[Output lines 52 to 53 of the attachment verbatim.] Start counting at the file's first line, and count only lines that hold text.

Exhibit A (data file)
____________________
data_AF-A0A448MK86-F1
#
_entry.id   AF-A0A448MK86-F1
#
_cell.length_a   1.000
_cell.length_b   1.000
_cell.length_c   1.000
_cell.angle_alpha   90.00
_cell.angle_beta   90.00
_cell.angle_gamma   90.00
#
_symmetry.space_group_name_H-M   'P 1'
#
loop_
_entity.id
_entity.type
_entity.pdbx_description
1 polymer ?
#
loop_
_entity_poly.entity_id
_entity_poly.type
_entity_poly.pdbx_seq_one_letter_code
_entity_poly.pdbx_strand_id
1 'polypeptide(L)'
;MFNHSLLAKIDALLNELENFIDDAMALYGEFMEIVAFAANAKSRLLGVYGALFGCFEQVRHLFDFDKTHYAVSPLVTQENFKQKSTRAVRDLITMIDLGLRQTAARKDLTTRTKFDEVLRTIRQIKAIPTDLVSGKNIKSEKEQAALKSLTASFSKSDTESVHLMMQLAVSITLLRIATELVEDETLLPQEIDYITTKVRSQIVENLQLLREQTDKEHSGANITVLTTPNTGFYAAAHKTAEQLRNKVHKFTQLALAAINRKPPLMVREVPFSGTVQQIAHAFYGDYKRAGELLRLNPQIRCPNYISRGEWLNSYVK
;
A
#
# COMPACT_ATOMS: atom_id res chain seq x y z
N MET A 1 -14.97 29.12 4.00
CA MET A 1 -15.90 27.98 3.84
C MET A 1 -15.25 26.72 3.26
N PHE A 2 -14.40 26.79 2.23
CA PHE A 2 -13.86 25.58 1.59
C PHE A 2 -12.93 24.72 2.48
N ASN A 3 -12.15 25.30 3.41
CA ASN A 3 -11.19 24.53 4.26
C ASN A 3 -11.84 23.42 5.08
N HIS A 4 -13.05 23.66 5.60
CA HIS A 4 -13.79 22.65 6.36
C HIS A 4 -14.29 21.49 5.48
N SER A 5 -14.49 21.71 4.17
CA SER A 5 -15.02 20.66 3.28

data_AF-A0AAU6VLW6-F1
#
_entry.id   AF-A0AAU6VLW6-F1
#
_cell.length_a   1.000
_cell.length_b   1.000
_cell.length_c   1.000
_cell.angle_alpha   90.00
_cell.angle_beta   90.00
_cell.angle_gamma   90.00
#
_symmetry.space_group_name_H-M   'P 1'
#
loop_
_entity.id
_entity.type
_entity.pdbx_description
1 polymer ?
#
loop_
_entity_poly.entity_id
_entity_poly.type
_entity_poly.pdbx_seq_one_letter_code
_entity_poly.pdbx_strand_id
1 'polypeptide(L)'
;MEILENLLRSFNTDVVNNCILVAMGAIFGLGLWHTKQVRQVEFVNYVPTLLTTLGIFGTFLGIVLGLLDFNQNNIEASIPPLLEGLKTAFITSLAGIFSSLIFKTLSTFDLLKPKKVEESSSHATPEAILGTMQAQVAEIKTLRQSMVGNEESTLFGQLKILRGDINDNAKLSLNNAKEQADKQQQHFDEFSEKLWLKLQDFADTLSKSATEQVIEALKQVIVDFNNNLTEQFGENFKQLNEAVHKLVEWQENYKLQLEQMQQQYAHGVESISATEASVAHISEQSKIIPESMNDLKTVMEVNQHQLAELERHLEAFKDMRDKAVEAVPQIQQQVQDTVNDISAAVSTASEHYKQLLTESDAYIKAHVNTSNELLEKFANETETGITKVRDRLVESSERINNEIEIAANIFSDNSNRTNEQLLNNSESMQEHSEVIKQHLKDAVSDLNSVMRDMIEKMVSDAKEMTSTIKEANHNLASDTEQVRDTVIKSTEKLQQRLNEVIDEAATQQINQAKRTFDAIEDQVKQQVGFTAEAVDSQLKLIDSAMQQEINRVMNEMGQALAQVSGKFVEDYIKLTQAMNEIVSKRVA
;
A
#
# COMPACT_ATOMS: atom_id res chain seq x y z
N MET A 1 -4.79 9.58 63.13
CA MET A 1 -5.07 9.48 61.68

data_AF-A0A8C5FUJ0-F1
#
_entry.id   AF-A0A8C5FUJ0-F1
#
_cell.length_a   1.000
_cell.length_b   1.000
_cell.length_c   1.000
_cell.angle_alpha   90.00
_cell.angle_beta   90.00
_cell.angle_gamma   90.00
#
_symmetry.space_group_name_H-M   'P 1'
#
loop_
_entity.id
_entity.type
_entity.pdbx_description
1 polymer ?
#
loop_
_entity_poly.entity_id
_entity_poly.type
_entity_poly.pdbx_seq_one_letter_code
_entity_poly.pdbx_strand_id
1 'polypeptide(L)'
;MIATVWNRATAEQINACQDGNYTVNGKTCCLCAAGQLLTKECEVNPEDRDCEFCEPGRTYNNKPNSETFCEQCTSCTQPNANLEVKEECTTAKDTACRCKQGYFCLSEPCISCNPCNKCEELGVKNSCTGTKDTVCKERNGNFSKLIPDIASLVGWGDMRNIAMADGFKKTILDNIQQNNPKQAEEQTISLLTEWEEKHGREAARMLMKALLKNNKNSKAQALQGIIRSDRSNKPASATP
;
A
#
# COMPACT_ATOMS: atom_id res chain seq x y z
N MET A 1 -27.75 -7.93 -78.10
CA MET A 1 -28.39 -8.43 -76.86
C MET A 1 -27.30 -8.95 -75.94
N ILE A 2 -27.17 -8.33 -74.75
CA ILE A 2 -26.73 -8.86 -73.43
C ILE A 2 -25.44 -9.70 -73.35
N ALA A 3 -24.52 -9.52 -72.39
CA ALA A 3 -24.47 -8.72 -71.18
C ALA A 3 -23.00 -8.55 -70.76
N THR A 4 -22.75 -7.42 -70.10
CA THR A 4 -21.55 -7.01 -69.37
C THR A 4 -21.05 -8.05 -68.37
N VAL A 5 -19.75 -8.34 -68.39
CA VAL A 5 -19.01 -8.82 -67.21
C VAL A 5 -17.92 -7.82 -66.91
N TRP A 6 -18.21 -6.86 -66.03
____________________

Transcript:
_cell.angle_alpha   90.00
_cell.angle_beta   90.00